This is going to be another quick post as the deadline for this month’s The Spice Trail is nearly up and I wanted to submit this delicious recipe for Poached Pears. My Mum made this dessert for our Christmas lunch and it was so light and tasty that I know I will make it again and again. What I love about this recipe is that everything can be made the day before so that all you have to do ‘on the day’ is plate it up. Perfect if you are entertaining. The white chocolate cream and brandy snap tuiles just finish it off nicely.
Halve the vanilla pod lengthways, scrape out the seeds and place them in a pan together with the red wine, caster sugar and cinnamon stick.
Slice the vanilla pod into three long pieces and add to the pan.
Peel the pears, trying to keep as much of the shape as possible and leave the stalk intact.
Lower the pears into the red wine mixture.
Bring the mixture to a gentle simmer and poach the pears, covered for 20 - 30 minutes. The pears are ready when they are tender all the way through.
Remove the pears from the pan and continue to gently boil the red wine syrup until the mixture has reduced by half and has turned syrupy.
The pears may be stored for up to two days if kept in the syrup in the refrigerator.
To make the Brandy Snap Tuiles
Melt the butter, sugar and syrup in a pan until the sugar has dissolved. Cool slightly.
Gradually beat in the brandy and flour until the mixture is smooth.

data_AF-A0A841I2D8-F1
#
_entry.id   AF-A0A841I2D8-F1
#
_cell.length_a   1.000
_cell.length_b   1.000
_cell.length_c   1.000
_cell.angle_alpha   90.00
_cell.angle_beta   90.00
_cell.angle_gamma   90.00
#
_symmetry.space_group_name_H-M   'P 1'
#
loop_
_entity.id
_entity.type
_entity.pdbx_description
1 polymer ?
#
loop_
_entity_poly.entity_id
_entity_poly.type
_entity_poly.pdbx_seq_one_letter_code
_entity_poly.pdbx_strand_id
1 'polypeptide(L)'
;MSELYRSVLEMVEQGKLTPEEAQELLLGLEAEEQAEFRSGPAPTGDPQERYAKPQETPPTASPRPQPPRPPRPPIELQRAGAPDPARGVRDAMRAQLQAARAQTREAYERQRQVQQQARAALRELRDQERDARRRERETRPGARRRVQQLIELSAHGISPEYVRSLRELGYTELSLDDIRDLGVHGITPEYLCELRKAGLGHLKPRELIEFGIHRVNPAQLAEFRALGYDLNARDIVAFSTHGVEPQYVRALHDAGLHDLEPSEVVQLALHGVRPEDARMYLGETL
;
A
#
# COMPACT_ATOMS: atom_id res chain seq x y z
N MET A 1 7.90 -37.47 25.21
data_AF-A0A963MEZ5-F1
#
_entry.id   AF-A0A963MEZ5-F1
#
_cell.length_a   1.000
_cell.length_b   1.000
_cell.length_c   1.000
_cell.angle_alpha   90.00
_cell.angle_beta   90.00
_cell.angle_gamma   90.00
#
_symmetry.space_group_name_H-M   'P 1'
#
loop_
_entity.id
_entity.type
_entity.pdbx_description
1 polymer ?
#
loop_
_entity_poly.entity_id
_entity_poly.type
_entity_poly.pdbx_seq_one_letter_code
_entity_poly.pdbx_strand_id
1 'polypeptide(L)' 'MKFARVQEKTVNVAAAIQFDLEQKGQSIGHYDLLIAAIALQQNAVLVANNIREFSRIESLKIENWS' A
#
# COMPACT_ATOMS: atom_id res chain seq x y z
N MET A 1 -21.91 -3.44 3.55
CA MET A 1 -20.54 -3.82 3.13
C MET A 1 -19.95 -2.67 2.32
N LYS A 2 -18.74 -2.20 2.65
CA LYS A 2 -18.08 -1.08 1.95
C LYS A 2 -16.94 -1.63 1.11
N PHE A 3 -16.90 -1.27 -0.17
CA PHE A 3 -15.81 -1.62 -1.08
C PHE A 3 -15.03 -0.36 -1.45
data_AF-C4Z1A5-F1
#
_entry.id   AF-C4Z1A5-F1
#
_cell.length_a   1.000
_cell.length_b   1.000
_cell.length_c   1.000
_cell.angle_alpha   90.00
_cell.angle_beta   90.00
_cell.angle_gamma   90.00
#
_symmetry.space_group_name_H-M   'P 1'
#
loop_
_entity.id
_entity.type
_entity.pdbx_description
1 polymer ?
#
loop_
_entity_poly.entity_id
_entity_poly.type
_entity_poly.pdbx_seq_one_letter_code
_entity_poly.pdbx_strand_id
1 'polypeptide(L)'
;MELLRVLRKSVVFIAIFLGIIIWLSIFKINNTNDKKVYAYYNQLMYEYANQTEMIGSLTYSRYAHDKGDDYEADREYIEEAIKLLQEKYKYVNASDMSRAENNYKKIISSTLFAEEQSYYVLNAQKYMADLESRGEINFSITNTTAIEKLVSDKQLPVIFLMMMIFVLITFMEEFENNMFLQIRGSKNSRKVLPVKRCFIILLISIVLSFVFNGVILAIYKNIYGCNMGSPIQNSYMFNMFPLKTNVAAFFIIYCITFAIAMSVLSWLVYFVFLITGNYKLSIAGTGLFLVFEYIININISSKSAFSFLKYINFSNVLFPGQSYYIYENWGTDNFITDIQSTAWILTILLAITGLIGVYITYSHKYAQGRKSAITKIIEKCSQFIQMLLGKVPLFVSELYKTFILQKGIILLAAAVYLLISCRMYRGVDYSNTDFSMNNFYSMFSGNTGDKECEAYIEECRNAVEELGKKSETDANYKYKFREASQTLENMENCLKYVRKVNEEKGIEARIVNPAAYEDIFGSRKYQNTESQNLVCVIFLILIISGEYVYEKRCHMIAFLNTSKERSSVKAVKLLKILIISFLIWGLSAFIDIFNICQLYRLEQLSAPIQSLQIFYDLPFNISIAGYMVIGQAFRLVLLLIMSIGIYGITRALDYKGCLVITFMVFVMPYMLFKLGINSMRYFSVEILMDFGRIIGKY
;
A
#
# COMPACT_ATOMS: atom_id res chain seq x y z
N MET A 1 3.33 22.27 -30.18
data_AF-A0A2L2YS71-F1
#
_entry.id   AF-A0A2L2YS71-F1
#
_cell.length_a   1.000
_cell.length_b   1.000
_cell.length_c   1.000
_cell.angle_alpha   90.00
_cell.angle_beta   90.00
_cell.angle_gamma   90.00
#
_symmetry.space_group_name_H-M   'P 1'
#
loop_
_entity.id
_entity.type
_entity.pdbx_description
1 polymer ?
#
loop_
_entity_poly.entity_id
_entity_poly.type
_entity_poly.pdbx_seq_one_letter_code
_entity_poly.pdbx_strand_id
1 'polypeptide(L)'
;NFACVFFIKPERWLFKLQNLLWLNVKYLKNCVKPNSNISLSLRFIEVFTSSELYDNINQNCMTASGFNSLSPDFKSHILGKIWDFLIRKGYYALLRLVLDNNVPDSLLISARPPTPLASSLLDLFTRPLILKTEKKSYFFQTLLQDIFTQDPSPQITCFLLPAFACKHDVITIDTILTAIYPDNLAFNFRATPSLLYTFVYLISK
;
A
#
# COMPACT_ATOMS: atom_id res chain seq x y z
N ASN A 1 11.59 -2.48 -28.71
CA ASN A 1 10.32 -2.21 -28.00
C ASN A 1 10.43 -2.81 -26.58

Line a baking tray with greaseproof paper.
Using a teaspoon, drop spoonfulls of mixture on to the baking tray.
Bake for 8 - 10 minutes.
Use a metal spatula to remove the biscuits from the tray and place over a small bottle (spice bottles are perfect size) to shape into a tuile. If the biscuits start to harden on the tray just pop your tray back into the hot oven for a couple of seconds and they will soften again.
Store the brandy snap tuiles in an airtight container.
To make the white chocolate cream
Melt your white chocolate in a bowl over a pan of simmering water.
Allow to cool slightly and then stir in the cream.
Add the mascarpone and icing sugar and mix until well combined.
Store the chocolate cream in the refrigerator.
Bring the pears back to room temperature.
Place a pear on each plate and spoon some of the red wine syrup over each pear.
Spoon some of the white chocolate cream into a brandy snap tuile and dust with cinnamon powder.
I’ve finally finished all my DIY projects, packed away my paint brushes and cleaned up the mess. Oh, and made a note to myself to never start house decorating a month before Christmas again! We spent the weekend putting up the Christmas tree and decorations so finally I feel like I might just be ready for Christmas. My 5 year old daughter had a last minute panic thinking that she may be on Santas naughty list whereas my 7 year old son knows for sure that he is on the good list. If I was putting money on it I would have it the other way round for sure. To finish off the weekend I made these chocolate desserts using up the last little bit of Baileys which I had. To get into the Christmas spirit I had the kids help me make little chocolate Christmas trees which they covered in sprinkles and silver balls. A bit of whipped cream on top of the dessert and our chocolate Christmas trees looked very festive.